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treadmill theory of consciousness
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Jan 2, 2022 1:05 AM

As I walk across the landscape of reality, I sometimes feel as though the world is passing through me, instead of me passing through it. If I walk forward the tiles on the floor move back. If I move up the staircase, the floors appear to lower themselves. If I open the door to the next room, the door frames to the different room pass through me. If I turn my head to the right, the entire cosmos appears to swivel to the left.

In some sense, I am walking on a treadmill, never truly going anywhere. I give myself the illusion of moving through space. Subjectively speaking, I am simply always here. I cannot be anywhere else. It seems to me that only one point of reference exists in the universe, and that is here. My subjectivity is locked in this space. How can I truly know if I am the one who is moving, or if it is the entire universe that moves through me?

As an experiment: what will I think will happen if I walk across from the bedroom to the living room? I will notice that it is a normalized assumption—a thought that I carry in my head—that I, as a separate entity, am moving through space. The objects of my consciousness instead may simply be shifting around me, arising and passing away. The feeling of walking across space is itself an appearance in my consciousness.

Fundamentally, my reality may as well be like pixels on a screen. Those who have experienced the beauty and terror of depersonalization and derealization will pick up on this. Things feel paper-thin and immaterial. You feel as though you are neither here nor there. Things simply fade in and out of existence on a screen-like aperture.

It is analogous to operating a computer. When I "move" the cursor across a computer screen I am not actually moving an object. Rather, the pixels on the screen are changing in real-time to give an illusion of a linear pathway across a cartesian plane. In reality, pixels are simply choreographing to come on and off in a fixed position.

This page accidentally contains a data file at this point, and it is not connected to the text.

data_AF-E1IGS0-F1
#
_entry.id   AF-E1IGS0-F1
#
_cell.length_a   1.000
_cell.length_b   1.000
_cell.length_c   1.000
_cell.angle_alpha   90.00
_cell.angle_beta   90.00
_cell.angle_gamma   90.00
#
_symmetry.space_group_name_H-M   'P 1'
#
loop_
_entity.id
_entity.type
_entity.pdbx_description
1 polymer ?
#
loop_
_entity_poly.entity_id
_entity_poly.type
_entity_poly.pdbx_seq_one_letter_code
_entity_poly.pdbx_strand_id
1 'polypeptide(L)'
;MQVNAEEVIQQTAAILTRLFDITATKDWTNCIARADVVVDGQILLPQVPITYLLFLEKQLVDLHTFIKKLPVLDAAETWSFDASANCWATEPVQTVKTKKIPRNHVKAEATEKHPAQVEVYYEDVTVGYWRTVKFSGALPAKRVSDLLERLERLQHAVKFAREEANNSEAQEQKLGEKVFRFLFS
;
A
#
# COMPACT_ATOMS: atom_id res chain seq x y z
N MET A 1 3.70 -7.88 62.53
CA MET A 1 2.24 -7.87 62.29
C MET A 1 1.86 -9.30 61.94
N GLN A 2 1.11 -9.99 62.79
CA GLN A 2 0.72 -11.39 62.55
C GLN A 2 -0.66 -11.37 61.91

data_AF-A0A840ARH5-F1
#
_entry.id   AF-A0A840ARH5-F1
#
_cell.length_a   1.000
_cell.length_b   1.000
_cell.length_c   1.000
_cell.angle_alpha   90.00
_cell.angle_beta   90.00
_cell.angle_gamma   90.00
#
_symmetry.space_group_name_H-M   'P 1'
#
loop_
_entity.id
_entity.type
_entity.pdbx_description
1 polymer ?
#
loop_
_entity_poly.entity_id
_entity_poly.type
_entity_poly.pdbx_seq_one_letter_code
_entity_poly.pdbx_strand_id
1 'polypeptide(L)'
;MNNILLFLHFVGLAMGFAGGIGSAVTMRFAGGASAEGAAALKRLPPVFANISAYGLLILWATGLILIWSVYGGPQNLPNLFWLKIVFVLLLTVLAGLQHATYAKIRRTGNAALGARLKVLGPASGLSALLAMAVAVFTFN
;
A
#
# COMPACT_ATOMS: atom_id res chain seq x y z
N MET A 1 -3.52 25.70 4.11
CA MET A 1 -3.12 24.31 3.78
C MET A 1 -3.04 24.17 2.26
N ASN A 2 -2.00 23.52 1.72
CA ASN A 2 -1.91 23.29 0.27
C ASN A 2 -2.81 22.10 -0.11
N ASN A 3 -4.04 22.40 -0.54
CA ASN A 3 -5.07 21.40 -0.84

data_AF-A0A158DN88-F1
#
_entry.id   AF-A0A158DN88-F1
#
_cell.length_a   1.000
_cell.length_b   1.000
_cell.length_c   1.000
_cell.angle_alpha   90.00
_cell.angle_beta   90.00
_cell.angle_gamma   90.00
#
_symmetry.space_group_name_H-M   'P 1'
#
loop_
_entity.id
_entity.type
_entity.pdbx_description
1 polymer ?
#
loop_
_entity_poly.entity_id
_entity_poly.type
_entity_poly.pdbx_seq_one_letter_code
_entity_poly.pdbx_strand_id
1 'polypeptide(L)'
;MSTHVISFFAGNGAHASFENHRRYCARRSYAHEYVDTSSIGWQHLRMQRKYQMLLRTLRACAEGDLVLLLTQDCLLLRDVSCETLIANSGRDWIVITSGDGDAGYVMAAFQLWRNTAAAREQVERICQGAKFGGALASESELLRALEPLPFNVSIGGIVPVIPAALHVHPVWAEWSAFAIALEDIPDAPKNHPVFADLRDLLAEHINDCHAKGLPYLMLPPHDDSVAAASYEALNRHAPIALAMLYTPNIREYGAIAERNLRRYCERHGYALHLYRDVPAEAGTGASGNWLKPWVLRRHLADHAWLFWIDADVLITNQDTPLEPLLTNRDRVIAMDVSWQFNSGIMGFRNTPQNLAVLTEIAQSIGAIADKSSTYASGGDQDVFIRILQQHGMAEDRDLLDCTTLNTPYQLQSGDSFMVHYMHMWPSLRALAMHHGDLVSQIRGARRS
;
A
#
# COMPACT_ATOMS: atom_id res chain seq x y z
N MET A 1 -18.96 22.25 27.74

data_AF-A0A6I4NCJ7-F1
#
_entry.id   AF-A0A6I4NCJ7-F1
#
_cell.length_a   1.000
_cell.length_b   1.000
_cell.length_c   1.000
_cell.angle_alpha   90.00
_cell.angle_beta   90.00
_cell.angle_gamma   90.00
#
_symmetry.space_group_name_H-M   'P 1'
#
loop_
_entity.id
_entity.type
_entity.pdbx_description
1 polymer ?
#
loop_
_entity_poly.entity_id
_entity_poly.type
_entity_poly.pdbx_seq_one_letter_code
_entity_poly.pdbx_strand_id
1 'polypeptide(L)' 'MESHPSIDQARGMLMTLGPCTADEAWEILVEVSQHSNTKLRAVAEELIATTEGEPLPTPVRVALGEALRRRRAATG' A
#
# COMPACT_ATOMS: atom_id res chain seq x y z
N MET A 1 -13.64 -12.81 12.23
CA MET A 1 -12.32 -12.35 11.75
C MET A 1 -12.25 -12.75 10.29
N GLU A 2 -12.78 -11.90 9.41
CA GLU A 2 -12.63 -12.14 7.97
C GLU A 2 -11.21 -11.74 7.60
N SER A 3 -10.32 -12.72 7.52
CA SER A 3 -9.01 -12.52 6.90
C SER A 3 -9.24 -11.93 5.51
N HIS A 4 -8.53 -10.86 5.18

So what if nothing within reality is actually moving, and things are simply appearing and disappearing choreographically, just like those pixels on a screen that light up and vanish into and out of nothingness? Reality is, in some way, at odds with one’s default assumptions of what one’s senses indicate.

This treadmill theory of reality may render a great deal of anxiety within oneself. A feeling of entrapment. I am never actually going anywhere. I am stuck. Trapped. I cannot move. Paralyzed in my existence. There have been moments where contemplating this idea has stopped me in my tracks and fear of paralysis kicks in.

A fear of sudden enlightenment.

And this theory can also turn me into an omnipotent being--a deity who is able to move mountains and an entire cosmos at the turn of one's head: I am not moving, the world around is moving, and at my command. If I am hungry, I will summon the kitchen into my consciousness. If I wish to resurrect into existence a mountain right here, it is within my power to do so.

All phenomena, at all times, are happening right here. I am here. You are here, always was here, and always will be here. Everything from its own perspective never truly moves anywhere. Wherever I go, I am always here and now. There is no "there" or "later". I am walking on a treadmill called "here".

This makes reality a lot more mysterious. Fading into and out of existence is deeply more thought-provoking than moving in and out of it—to see reality as empty phenomena rolling on and off.

the deceptive nature of it, or duplicitous nature of it, is what gets me. or perhaps it isn't deceptive, but rather how it manifests as what we call motion, and seems to mislead us into thinking brat we actually ever go anywhere, like electricity of a wired circuit board. we think the electricity flows, that it goes somewhere, when it's just electrons wiggling back and forth across the wire. but perhaps philosophically that is motion? motion is the phantom that manifests itself across the wiggling electrons. the untouchable, unknowable, unmoving mover. an existence by implication.

so the rendering of motion is itself motion (ref: illusion and intention)

but i want to go back to the point of how things that turn on and off, or wiggle, seem to coincide with this idea of motion. as if they were two simultaneous expressions of a deeper being. that coming in and off is synonymous with motion is some sense. not deception, but rather a unity in systems, a field of experience. one does not supercede the other, they are both consciousness layerings.